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Thanksgiving Day Proclamations in early American history

There was a time in the U.S. when national leaders were not so smitten with the idea that any mention of God should be banished from public or political discourse.  In fact, it appears that many of those leaders would have considered themselves derelict in their duties if they had failed to publicly acknowledge the mercy and providence of God.

That is especially evident in even a casual reading of national Thanksgiving Proclamations. You can find the full text of most of those documents at the DC American History Project, although oddly, the First National Thanksgiving Proclamation by the Continental Congress is missing from that collection.  (You can view that text here.)

Notable is the fact that each of these letters and proclamations are filled with clear references both to God’s inherent right to rule all nations, and to the corresponding responsibility of all nations to obey God and give Him thanks.

Here are some examples:

In 1623, faced with a severe drought, the members of the Plymouth colony…

… set apart a solemn day of humiliation, to seek the Lord by humble and fervent prayer… And afterwards the Lord sent to them such seasonable showers, with interchange of fair warm weather as, through His blessing, caused a fruitful and liberal harvest, to their no small comfort and rejoicing. For which mercy, in time convenient, they also set apart a day of thanksgiving.

Later, the 1st National Thanksgiving Proclamation, written in 1777, declared:

THAT with one heart and one voice the good people may express the grateful feelings of their hearts and consecrate themselves to the service of their Divine Benefactor; and that together with their sincere acknowledgments and offerings, they may join the penitent confession of their manifold sins, whereby they had forfeited every favour, and their humble and earnest supplication that it may please God, through the merits of Jesus Christ, mercifully to forgive and blot them out of remembrance

The 1782 proclamation affirmed the duty of all to publicly give thanks to God.

IT being the indispensable duty of all Nations, not only to offer up their supplications to Almighty God, the giver of all good, for his gracious assistance in a time of distress, but also in a solemn and public manner to give him praise for his goodness in general, and especially for great and signal interpositions of his providence in their behalf… and they do further recommend to all ranks, to testify to their gratitude to GOD for his goodness, by a cheerful obedience of his laws, and by promoting, each in his station, and by his influence, the practice of true and undefiled religion, which is the great foundation of public prosperity and national happiness.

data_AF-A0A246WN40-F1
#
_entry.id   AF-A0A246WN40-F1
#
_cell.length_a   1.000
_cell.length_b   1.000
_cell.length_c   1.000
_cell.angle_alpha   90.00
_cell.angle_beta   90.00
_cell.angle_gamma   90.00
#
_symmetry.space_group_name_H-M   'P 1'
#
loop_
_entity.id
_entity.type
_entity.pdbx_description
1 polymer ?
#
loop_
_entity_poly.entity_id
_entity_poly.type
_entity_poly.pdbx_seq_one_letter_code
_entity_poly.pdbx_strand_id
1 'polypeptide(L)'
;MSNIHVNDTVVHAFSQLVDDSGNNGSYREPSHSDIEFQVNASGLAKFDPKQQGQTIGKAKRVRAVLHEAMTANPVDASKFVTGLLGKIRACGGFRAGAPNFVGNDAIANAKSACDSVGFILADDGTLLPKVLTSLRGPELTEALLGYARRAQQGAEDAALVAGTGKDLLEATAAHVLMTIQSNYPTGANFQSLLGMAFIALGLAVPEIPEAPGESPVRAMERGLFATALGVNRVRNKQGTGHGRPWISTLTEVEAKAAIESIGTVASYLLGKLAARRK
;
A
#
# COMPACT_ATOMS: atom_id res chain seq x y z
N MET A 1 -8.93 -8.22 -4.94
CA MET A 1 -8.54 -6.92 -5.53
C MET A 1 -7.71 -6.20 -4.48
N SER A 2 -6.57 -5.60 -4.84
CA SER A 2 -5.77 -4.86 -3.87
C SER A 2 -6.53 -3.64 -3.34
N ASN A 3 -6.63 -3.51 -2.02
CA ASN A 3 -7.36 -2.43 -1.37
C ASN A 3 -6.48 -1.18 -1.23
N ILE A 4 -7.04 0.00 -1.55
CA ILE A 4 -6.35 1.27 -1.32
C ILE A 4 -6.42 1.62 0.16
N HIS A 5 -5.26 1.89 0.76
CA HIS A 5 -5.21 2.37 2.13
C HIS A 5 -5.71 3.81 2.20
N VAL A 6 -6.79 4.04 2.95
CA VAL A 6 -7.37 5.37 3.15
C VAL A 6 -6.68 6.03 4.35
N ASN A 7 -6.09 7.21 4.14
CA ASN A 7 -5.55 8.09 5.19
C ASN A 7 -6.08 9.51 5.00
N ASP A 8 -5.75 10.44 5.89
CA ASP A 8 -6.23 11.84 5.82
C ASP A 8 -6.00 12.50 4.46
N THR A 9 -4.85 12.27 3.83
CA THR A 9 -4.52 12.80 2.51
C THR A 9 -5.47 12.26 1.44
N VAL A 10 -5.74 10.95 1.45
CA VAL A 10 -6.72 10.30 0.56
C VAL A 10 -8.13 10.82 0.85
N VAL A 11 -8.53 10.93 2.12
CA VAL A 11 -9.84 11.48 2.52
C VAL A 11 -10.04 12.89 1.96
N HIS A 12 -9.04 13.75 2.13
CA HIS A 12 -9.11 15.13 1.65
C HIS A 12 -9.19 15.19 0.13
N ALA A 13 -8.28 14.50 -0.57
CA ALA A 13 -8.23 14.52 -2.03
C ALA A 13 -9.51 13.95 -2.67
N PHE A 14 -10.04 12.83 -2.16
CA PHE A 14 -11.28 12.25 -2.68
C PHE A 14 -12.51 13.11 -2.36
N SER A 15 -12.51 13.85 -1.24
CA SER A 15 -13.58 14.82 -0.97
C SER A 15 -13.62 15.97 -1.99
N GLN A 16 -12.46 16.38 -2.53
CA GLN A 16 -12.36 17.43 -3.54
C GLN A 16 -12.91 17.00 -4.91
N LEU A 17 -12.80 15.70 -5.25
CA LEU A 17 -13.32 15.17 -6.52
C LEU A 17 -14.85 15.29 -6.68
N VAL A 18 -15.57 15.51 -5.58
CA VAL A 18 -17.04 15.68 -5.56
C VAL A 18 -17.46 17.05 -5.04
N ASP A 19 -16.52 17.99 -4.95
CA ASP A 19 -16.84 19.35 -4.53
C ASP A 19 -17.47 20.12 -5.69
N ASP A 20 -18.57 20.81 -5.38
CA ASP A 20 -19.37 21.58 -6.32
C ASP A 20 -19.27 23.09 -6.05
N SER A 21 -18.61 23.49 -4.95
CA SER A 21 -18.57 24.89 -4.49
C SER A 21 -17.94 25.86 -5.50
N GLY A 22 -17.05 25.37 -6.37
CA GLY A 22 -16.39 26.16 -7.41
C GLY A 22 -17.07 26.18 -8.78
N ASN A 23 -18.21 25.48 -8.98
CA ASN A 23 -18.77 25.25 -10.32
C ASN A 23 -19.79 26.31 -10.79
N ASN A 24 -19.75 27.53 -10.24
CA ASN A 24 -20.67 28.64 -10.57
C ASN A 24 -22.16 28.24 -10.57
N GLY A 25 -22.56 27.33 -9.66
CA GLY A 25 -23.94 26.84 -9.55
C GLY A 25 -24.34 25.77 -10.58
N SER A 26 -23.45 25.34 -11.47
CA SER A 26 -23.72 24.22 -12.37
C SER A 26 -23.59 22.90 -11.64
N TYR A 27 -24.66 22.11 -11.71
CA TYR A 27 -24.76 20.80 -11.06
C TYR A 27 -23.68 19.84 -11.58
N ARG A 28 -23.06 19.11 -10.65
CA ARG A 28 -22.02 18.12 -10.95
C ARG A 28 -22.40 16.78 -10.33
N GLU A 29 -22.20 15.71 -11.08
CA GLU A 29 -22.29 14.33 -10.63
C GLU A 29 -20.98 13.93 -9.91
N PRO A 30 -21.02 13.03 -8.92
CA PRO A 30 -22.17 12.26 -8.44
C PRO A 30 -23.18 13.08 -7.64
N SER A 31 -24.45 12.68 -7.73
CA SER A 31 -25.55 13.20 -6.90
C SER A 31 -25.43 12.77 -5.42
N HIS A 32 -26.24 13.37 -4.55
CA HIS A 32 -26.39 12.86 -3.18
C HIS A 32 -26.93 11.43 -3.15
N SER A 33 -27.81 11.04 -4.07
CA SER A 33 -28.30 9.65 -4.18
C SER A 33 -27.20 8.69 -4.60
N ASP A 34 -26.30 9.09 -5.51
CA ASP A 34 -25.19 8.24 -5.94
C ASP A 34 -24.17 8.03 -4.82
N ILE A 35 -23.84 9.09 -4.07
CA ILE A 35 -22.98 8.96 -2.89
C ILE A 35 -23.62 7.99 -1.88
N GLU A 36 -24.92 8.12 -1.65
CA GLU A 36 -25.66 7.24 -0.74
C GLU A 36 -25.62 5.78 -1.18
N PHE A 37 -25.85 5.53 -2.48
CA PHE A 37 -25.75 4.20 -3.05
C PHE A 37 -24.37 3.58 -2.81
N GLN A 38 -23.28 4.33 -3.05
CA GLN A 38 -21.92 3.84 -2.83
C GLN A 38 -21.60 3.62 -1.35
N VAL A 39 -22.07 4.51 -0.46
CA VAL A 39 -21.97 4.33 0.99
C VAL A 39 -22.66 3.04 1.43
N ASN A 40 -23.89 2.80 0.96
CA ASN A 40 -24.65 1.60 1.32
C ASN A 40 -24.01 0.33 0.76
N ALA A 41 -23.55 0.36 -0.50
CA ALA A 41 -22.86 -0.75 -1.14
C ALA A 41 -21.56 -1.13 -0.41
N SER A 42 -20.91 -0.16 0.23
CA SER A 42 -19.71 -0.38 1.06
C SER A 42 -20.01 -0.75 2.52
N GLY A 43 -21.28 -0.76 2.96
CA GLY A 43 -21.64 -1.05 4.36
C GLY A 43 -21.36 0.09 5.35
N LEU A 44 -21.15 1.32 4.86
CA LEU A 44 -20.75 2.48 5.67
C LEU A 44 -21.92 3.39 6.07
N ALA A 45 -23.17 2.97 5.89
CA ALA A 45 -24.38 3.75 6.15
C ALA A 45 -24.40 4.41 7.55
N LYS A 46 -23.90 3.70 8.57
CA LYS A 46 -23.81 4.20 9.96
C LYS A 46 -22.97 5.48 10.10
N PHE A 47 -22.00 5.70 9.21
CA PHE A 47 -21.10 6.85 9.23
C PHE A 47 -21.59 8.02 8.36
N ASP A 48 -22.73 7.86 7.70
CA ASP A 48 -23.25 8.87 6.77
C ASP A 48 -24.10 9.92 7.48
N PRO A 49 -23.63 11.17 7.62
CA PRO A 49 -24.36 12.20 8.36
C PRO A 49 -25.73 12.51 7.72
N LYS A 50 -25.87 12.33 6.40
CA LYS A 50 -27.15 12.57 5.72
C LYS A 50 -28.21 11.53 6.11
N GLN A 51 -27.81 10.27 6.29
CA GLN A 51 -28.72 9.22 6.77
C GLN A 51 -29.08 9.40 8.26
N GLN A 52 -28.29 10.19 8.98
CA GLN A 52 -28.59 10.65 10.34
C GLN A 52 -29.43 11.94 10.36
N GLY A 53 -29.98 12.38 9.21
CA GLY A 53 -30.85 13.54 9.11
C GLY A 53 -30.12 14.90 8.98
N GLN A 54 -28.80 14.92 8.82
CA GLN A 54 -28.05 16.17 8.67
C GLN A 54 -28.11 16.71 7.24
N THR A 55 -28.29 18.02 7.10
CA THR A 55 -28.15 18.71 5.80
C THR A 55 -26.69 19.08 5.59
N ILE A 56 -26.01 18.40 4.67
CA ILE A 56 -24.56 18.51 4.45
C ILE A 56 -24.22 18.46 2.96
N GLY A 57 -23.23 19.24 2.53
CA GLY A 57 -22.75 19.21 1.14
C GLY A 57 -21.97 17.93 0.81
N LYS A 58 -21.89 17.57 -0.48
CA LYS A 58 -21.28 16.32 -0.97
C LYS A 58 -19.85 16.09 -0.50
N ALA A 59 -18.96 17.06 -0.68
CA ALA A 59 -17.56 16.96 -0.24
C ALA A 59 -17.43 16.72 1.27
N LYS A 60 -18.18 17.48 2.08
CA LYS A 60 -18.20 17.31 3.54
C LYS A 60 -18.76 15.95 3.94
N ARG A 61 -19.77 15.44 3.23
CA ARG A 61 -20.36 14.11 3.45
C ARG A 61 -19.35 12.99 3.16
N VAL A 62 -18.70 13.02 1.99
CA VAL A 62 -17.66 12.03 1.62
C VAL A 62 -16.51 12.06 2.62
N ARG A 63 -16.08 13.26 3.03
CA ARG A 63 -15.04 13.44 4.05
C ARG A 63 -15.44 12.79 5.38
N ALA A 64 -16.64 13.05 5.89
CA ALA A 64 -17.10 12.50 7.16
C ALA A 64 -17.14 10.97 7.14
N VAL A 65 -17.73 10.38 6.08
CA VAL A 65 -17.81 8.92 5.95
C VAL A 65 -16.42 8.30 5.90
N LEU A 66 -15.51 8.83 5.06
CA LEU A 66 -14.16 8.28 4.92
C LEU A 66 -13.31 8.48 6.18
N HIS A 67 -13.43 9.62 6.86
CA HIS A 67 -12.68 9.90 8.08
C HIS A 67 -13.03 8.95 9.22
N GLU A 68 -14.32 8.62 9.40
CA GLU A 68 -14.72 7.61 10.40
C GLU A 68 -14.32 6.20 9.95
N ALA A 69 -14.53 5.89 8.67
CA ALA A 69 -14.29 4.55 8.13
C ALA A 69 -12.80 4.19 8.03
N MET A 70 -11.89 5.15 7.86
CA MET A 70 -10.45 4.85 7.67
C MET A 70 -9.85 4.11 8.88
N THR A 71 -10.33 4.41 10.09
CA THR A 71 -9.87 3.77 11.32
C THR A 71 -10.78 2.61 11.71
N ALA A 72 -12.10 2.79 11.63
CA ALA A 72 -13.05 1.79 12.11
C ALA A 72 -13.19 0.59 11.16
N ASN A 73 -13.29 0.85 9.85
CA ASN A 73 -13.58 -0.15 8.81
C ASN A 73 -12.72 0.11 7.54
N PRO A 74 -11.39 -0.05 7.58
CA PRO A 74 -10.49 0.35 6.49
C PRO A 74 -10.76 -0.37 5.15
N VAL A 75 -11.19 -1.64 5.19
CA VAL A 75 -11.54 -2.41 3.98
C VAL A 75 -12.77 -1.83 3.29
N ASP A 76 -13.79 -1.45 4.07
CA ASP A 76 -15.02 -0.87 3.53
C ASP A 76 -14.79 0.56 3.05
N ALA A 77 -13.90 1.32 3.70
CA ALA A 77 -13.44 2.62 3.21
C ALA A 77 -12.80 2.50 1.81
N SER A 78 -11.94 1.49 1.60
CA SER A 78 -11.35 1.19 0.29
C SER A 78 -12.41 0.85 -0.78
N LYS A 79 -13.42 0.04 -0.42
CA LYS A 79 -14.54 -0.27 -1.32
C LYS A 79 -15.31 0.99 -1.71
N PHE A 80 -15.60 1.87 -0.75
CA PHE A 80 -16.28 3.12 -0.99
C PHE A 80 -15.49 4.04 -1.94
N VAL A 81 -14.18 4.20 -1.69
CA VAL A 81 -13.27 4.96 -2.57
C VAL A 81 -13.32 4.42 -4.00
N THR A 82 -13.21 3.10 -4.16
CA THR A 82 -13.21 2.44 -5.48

George Washington’s proclamation, issued in 1789, began with an affirmation that it was not only the duty of all to pray and give thanks to God, but also to obey His will.

Whereas it is the duty of all Nations to acknowledge the providence of Almighty God, to obey his will, to be grateful for his benefits, and humbly to implore his protection and favor…

Now therefore I do recommend and assign Thursday the 26th day of November next to be devoted by the People of these States to the service of that great and glorious Being, who is the beneficent Author of all the good that was, that is, or that will be–That we may then all unite in rendering unto him our sincere and humble thanks–for his kind care and protection of the People of this Country previous to their becoming a Nation…

and also that we may then unite in most humbly offering our prayers and supplications to the great Lord and Ruler of Nations and beseech him to pardon our national and other transgressions…

I’m afraid we’ve drifted pretty far from our historical roots. Back then the duties of prayer, repentance, confession of sin, obedience to God, giving thanks, and faith in Christ were seen as moral obligations and were publicly enjoined on the nation.  Today, for the most part, those same obligations are rejected as  inappropriate intrusions into public life.

One thing is obvious.  Separation of church and state did not mean to them what it has come to mean to us.  They understood its intent; we’ve perverted it.  But that’s another post.